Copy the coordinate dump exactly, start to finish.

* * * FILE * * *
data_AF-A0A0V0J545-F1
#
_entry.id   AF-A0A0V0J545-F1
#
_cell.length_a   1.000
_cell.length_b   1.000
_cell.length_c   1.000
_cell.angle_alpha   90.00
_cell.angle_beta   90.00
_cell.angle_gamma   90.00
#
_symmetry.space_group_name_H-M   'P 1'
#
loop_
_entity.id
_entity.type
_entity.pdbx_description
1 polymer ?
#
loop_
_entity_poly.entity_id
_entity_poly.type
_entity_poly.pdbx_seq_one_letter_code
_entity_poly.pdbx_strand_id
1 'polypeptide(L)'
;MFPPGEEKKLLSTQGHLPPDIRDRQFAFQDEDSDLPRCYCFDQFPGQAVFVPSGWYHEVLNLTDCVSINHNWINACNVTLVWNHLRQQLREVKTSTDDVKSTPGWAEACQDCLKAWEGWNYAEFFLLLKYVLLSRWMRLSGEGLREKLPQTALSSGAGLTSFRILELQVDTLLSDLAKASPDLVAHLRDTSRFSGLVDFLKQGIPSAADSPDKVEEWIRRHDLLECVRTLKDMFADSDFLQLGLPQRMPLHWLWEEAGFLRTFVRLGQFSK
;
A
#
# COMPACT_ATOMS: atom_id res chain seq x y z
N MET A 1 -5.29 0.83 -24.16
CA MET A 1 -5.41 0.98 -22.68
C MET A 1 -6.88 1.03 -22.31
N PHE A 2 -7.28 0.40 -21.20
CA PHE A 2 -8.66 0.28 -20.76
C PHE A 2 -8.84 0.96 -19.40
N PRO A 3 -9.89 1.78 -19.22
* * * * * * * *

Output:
data_AF-A0A0V0J545-F1
#
_entry.id   AF-A0A0V0J545-F1
#
_cell.length_a   1.000
_cell.length_b   1.000
_cell.length_c   1.000
_cell.angle_alpha   90.00
_cell.angle_beta   90.00
_cell.angle_gamma   90.00
#
_symmetry.space_group_name_H-M   'P 1'
#
loop_
_entity.id
_entity.type
_entity.pdbx_description
1 polymer ?
#
loop_
_entity_poly.entity_id
_entity_poly.type
_entity_poly.pdbx_seq_one_letter_code
_entity_poly.pdbx_strand_id
1 'polypeptide(L)'
;MFPPGEEKKLLSTQGHLPPDIRDRQFAFQDEDSDLPRCYCFDQFPGQAVFVPSGWYHEVLNLTDCVSINHNWINACNVTLVWNHLRQQLREVKTSTDDVKSTPGWAEACQDCLKAWEGWNYAEFFLLLKYVLLSRWMRLSGEGLREKLPQTALSSGAGLTSFRILELQVDTLLSDLAKASPDLVAHLRDTSRFSGLVDFLKQGIPSAADSPDKVEEWIRRHDLLECVRTLKDMFADSDFLQLGLPQRMPLHWLWEEAGFLRTFVRLGQFSK
;
A
#
# COMPACT_ATOMS: atom_id res chain seq x y z
N MET A 1 -5.29 0.83 -24.16
CA MET A 1 -5.41 0.98 -22.68
C MET A 1 -6.88 1.03 -22.31
N PHE A 2 -7.28 0.40 -21.20
CA PHE A 2 -8.66 0.28 -20.76
C PHE A 2 -8.84 0.96 -19.40
N PRO A 3 -9.89 1.78 -19.22